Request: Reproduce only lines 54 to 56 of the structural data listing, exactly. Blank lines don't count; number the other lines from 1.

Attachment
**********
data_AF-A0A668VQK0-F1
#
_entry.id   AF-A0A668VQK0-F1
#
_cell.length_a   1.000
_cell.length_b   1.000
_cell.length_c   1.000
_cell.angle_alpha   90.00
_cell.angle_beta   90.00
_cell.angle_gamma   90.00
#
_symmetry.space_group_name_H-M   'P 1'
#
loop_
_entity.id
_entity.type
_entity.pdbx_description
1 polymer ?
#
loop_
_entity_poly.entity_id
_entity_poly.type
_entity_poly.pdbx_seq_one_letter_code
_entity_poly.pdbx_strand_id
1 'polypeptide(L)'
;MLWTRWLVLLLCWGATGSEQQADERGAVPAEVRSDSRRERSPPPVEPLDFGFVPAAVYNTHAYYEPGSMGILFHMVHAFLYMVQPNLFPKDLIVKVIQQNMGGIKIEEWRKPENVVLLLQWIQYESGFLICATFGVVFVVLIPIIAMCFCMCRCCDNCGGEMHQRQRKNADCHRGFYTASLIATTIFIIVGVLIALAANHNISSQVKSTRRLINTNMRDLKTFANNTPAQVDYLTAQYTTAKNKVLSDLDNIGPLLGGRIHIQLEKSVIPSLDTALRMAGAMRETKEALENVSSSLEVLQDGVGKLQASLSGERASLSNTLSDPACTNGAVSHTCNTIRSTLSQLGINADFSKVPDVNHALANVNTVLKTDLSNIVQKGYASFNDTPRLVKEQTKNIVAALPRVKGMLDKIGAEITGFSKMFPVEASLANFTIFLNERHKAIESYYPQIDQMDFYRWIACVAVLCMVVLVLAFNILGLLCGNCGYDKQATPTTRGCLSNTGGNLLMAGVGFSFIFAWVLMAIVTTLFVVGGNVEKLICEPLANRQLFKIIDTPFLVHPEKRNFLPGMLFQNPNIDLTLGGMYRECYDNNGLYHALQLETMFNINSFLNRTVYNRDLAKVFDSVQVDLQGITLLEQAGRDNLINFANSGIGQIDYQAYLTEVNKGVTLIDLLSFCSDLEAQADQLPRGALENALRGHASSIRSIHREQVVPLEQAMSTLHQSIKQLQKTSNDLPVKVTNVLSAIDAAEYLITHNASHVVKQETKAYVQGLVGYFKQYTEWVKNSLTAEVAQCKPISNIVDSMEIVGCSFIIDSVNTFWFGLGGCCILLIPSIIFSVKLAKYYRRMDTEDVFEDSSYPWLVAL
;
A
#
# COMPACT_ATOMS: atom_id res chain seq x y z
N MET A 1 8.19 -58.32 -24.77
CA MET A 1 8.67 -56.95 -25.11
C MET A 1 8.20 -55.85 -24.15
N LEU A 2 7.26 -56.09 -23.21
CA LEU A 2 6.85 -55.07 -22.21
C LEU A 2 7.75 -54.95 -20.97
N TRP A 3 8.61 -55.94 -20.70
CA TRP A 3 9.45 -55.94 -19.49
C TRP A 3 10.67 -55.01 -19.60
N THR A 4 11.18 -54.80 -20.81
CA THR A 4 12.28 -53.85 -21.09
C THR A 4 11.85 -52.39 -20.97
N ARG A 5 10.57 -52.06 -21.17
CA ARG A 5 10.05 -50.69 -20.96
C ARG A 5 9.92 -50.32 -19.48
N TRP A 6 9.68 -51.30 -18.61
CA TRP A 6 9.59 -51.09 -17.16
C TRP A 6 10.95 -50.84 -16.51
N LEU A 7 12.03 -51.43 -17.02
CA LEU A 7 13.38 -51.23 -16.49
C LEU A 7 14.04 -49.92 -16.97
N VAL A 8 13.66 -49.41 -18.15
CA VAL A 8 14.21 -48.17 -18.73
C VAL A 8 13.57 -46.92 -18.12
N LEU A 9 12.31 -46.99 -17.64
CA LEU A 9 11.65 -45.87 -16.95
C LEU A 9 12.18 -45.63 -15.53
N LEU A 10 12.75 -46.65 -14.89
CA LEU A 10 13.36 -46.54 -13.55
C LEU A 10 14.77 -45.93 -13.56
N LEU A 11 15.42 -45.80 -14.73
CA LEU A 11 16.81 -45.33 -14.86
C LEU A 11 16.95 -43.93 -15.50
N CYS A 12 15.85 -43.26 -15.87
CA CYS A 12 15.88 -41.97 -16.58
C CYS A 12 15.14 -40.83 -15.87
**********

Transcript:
C VAL A 8 13.57 -46.92 -18.12
N LEU A 9 12.31 -46.99 -17.64
CA LEU A 9 11.65 -45.87 -16.95